Book Reviews

Book Reviews are listed beginning with the most recent issue.

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We Need Help: A Review of Christians in Society: Luther, the Bible, and Social Ethics

[1] I begin my review of this estimable book with a quibble over the title. “Social ethics,” in William Henry Lazareth’s usage in this book, refers to the embodiment of Christian moral convictions in the time-bound culture of any given age. As such, Christian theological ethics need not, and in some cases, ought not, be […]

Review: A Church Undone: Documents from the German Christian Faith Movement, 1932-1940 (Fortress Press, 2015)

[1] Mary Solberg, associate professor of religion at Gustavus Adolphus College, has done historians, theologians, and ethicists a great favor by selecting, editing, and translating more than twenty documents relating to the “German Christian” movement in Nazi Germany. The documents cover the period from 1932 to 1940, but are primarily from the early to mid-1930s. […]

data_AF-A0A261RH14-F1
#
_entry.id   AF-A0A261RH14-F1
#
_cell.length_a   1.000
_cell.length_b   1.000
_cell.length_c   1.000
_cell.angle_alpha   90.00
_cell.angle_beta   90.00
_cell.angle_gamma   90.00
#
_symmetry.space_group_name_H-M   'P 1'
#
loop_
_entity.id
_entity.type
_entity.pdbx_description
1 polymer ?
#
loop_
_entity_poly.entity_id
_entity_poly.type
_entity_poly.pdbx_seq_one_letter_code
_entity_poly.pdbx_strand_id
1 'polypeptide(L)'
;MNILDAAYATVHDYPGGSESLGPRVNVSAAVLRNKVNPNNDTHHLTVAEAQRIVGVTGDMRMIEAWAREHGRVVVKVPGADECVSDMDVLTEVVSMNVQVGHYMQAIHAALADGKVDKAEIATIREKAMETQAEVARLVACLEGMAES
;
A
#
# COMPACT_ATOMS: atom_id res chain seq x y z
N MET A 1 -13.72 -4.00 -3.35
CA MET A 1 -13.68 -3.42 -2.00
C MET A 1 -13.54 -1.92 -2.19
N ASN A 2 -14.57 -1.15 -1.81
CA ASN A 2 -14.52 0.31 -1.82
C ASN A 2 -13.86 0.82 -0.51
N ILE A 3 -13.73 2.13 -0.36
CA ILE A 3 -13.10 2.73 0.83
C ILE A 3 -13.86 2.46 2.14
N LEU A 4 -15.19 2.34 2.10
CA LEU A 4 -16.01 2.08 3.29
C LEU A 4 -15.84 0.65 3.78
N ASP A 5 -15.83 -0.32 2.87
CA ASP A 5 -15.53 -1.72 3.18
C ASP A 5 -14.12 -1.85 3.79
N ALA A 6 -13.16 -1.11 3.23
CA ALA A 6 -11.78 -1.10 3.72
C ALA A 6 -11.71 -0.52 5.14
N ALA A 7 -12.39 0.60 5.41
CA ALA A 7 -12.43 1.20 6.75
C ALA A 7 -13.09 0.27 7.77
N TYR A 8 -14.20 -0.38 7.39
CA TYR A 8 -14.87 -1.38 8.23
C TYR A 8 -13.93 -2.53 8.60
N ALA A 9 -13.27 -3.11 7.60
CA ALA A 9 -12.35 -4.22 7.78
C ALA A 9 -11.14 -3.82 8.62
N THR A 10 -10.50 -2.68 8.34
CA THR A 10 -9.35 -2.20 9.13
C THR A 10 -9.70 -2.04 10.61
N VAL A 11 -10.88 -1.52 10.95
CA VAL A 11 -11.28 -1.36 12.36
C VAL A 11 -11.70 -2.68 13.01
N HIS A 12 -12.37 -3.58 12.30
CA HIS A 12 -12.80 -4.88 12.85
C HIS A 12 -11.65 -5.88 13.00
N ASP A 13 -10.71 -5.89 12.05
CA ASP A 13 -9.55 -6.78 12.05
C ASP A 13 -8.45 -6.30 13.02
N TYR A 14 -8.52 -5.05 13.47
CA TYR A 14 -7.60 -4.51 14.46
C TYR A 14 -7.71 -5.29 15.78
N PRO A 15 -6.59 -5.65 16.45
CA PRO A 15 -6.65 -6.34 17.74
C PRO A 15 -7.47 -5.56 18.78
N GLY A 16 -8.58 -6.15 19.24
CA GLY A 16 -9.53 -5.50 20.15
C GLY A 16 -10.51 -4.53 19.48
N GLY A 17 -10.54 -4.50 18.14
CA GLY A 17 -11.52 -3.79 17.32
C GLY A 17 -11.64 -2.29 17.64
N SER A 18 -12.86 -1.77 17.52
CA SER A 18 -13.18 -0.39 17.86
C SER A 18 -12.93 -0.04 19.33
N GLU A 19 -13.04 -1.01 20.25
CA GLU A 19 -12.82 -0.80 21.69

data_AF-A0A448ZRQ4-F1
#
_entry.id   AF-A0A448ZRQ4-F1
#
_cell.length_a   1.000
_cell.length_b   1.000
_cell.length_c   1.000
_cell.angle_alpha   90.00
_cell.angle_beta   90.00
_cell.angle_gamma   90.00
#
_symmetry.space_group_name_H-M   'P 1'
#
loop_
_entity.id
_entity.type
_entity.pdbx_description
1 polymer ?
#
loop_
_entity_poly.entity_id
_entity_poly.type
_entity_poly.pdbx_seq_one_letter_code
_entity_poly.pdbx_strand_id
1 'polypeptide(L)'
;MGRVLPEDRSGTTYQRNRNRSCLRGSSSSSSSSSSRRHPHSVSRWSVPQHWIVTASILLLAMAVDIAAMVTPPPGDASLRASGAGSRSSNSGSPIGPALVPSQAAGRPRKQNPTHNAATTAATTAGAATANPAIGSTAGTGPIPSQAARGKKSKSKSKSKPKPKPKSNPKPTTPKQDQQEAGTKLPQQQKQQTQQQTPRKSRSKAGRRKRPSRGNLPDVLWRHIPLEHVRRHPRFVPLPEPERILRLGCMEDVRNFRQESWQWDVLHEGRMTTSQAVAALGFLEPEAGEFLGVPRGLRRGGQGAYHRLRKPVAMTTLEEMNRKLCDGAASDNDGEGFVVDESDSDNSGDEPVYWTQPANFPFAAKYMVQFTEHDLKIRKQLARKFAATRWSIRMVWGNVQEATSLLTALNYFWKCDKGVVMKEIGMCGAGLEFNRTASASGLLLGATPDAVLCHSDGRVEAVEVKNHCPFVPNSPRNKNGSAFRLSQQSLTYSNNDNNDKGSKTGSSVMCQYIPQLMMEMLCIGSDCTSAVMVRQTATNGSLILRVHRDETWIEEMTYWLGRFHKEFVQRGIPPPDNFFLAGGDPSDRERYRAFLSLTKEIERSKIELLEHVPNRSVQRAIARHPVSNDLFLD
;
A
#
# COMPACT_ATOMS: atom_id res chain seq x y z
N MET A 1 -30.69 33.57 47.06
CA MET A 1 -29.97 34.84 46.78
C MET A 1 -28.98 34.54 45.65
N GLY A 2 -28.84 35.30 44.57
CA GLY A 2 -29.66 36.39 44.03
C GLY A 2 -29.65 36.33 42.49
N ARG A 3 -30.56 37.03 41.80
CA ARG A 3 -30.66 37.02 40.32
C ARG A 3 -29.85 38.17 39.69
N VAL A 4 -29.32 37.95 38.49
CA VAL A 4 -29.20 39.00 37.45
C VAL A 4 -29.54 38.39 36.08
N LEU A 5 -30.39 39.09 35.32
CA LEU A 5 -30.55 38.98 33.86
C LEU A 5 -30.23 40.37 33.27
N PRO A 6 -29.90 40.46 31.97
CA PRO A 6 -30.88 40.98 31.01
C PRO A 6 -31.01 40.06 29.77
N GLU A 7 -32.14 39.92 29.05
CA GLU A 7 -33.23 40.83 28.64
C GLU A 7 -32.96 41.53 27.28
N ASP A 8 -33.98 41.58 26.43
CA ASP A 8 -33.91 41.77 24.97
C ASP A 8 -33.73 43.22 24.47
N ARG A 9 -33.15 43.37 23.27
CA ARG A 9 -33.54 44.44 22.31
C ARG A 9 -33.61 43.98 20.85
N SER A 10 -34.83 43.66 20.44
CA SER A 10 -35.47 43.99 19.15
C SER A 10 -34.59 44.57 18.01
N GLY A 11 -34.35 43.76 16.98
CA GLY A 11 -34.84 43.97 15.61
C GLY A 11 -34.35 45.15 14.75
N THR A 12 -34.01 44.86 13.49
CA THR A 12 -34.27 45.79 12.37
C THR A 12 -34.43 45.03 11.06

Review of Hans Joas, The Sacredness of the Person: A New Genealogy of Human Rights. Translated by Alex Skinner. Washington, DC: Georgetown University Press, 2013. 193pp.

[1] The Sacredness of the Person: A New Genealogy of Human Rights, a monumental study of human rights as a value commitment, serves as the testing ground of Hans Joas’ theory of the “genesis of value commitments” developed in his earlier works The Genesis of Values and War and Modernity (originally published in German in […]

Ronald F. Thiemann, The Humble Sublime: Secularity and the Politics of Belief

[1] Ronald F. Thiemann died of pancreatic cancer November 29, 2012, at the age of 66.  The Humble Sublime, accepted for publication on the day of his funeral, was published November 30, 2013.  It includes a brief but rich factual biography composed by four of his Harvard colleagues.  In the Foreword, his daughter, Laura Theimann Scales, adds further […]